For a historical review of fishing this time of year check out these related posts:
Thanks to Aaron for the following stream report and review of the Cloudveil 8x grippy boots.
Shoes worked great and were super comfy. I put them through hiking, mud, gravel, boulders, flat water and fast water. Definitely worth the switch from the Chotas. Had a great afternoon and evening of fishing. Saw only one or two other anglers and did well. I had a few fish right off the bat on a size 18 Olive X Caddis above and before the riffle past the bridge abutments. Switched to a HEAVILY hackled split tailed dun and worked the riffle, picking up several NICE browns. I didn’t have a tape with me but the went from the butt of the rod to the LT on my Winston 8’3″ 4 wt. Worked around the next bend and landed a few more in that same class all in the fast water and the seams. As darkness fell I switched to the #16 Sulphur parachute and just waited, looking for snouts. I had a banner evening to say the least! See you in a week.
Thanks to Seth for the gear review of the Scott 10ft 4wt 4pc S4 and Bauer M2SL. He also sent in this picture of a wild Gunpowder river brown trout along with a stream report.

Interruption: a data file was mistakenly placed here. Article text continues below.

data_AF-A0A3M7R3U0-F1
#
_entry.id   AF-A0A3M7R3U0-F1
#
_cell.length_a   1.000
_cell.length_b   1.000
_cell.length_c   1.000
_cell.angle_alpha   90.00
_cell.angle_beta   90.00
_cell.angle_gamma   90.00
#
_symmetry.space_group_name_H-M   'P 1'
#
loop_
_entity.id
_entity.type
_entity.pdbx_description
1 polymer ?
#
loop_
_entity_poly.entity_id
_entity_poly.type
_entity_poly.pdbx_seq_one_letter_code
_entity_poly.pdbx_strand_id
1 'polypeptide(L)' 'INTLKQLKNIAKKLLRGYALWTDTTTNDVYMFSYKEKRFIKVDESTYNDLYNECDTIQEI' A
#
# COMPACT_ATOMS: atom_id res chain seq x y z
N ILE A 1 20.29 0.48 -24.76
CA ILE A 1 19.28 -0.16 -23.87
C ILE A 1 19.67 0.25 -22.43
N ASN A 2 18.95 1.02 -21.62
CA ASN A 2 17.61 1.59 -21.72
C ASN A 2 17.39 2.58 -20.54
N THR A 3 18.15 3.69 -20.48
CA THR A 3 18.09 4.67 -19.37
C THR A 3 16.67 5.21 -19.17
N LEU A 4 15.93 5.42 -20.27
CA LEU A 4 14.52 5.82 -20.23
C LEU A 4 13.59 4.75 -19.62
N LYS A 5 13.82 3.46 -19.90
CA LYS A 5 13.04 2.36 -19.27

Great mid-day action on the Gunpowder. Caught five decent Browns, all on a dry fly (Sulpher). They weren’t just sipping either – they were hammering the fly! The new Scott S4 cast like a hot knife through butter and the Bauer M2SL reel had the smoothest action of any reel I’ve ever owned. Thanks again to Jason and Backwater Angler for pairing me up with the greatest rod/reel combo I have ever owned. I will cherish this rod for my whole life!
The Gunpowder river is flowing at 84 Cfs , is clear and 60 F. Sulphurs sized #14-16 and Caddis in the #16-18 range have been the ticket. Small soft hackles, cripples and emergers are working in the flat water while more traditional duns and spinners are tricking fish in the riffles. Cloud cover and passing thundershowers are a joy to behold. Long leaders in the 10 to 12 foot range ending in 6x and 7x will help your cause. If you’re starting early, try small pheasant tails and unweighted sulphur nymphs in the pocket water. With the water warming up, zonkers cast upstream along log jams may yield larger fish. It has been a little on the cool side for concentrated spinner falls in the evening but we have a few warm nights ahead of us and plenty of Sulphurs in our future.
Thanks to Jeff for the kind words and report.